I was pleased partly because of the very quick work on PeerJ’s part. I submitted the preprint at 1:22am last night, then went to bed. Almost immediately I got an automatic email from PeerJ saying:

Thank you for submitting your manuscript, “The neck of Barosaurus was not only longer but also wider than those of Diplodocus and other diplodocines” (#2013:09:838:0:0:CHECK:P) – it has now been received by PeerJ PrePrints.

Next, it will be checked by PeerJ staff, who will notify you if any alterations are required to the manuscript or accompanying files.

If the PrePrint successfully passes these checks, it will be made public.

You will receive notification by email at each stage of this process; you can also check the status of your manuscript at any time.

Lots to like here: the quickness of the response, the promise of automatic email updates, and the one-click link to check on progress (as opposed to the usual maze of Manuscript Central options to navigate).

Sure enough, a couple of hours later the next automatic email arrived, telling me that Matt had accepted PeerJ’s email invitation to be recognised as the co-author of the submission.

And one hour ago, just as I was crawling out of bed, I got the notification that the preprint is up. That simple.

xx

Taylor and Wedel (2013b: Figure 9). Partial reconstruction of the Barosaurus lentus holotype YPM 429, cervical vertebra R, approximating its undamaged state by allowing for dorsoventral crushing, shearing and loss of some extremities. Anterior and posterior views scaled to 125% of uncorrected width and 80% of uncorrected height. Dorsal view scaled to 80% of uncorrected height; condyle moved forward and cotyle scaled to 50% of uncorrected width to allow for shearing. Lateral view scaled to 125% of uncorrected height, and sheared backwards 15 degrees. Metapophyses and postzygapophyses drawn in multiple views based on vertebrae Q and S and AMNH 6341 material.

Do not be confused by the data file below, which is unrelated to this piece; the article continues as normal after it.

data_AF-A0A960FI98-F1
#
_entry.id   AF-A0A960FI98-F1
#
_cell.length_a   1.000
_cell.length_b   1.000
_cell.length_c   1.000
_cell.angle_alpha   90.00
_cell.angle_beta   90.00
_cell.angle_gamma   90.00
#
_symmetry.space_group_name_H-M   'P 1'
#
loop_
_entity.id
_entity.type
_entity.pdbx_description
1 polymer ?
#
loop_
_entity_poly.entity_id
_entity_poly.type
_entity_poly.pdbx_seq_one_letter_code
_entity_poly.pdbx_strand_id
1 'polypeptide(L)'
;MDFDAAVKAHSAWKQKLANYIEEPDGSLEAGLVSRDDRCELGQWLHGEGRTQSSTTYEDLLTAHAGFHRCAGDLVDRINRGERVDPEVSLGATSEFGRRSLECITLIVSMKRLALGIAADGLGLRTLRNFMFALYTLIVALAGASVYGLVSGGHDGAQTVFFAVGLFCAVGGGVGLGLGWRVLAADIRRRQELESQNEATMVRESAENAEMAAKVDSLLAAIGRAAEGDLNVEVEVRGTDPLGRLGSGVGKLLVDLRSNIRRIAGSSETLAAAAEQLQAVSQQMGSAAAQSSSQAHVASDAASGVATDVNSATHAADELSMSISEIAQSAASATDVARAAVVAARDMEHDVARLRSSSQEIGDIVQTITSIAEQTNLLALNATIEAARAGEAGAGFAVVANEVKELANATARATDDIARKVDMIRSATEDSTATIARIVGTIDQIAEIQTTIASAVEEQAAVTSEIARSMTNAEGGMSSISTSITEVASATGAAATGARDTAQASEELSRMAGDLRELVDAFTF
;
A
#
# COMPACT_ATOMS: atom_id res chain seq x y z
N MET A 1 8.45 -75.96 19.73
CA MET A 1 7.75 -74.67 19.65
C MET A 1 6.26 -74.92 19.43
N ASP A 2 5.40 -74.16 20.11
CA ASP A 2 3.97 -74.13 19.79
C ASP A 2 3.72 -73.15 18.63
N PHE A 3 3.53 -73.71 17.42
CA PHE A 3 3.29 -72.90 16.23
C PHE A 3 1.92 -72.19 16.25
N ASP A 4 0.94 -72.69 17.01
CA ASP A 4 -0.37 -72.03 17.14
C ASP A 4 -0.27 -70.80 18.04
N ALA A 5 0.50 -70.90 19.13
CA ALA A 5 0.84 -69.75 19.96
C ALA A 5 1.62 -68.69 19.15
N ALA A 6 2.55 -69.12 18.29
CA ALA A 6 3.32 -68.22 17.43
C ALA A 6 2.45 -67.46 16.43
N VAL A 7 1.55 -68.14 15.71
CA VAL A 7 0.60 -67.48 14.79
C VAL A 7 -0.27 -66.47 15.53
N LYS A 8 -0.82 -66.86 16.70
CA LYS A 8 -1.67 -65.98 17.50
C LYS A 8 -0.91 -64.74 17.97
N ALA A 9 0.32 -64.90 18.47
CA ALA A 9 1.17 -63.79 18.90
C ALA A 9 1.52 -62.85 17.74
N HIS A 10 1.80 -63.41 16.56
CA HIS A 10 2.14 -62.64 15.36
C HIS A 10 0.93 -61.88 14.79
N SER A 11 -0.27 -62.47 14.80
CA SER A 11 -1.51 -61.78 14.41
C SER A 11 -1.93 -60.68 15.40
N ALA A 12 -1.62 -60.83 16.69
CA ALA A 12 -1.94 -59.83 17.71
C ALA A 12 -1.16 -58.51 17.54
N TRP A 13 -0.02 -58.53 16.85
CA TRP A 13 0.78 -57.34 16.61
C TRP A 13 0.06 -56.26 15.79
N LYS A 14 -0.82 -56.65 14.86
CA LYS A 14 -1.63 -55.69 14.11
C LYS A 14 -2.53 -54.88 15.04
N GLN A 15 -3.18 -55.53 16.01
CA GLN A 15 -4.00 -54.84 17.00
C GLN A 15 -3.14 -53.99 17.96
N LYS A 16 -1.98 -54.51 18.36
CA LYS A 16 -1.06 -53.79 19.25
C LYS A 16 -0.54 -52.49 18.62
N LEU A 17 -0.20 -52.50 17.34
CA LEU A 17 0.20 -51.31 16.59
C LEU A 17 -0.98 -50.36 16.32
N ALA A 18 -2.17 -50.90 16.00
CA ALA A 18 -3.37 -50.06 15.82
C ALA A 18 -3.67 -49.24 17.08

I’m also pleased because we managed to get this baby written so quickly. It started life as our talk at SVPCA in Edinburgh (Taylor and Wedel 2013a), which we delivered 25 days ago having put it together mostly in a few days running up to the conference — so it’s zero to sixty in less than a month. Every year we promise ourselves that we’ll write up our talks, and we never seem to get around to it, but this year I started writing on the train back from Edinburgh. By the time I got home I had enough of a hunk of text to keep me working on it, and so we were able to push through in what, for us, is record time.

Now here’s what we’d like:

We want this paper’s time as a preprint to be time well spent — which means that we want to improve it. To do that, we need your reviews. Assuming we get some useful comments, we plan to release an updated version pretty soon; and after some number of iterations, we’ll submit the resulting paper as a full-fledged PeerJ paper.

So if you know anything about sauropods, about vertebra, about deformation, about ecology, or even about grammar or punctuation, please do us a favour: read the preprint, then get over to its PeerJ page and leave your feedback. You’ll be helping us to improve the scientific record. We’ll acknowledge substantial comments in the final paper, but even the pickiest comments are appreciated.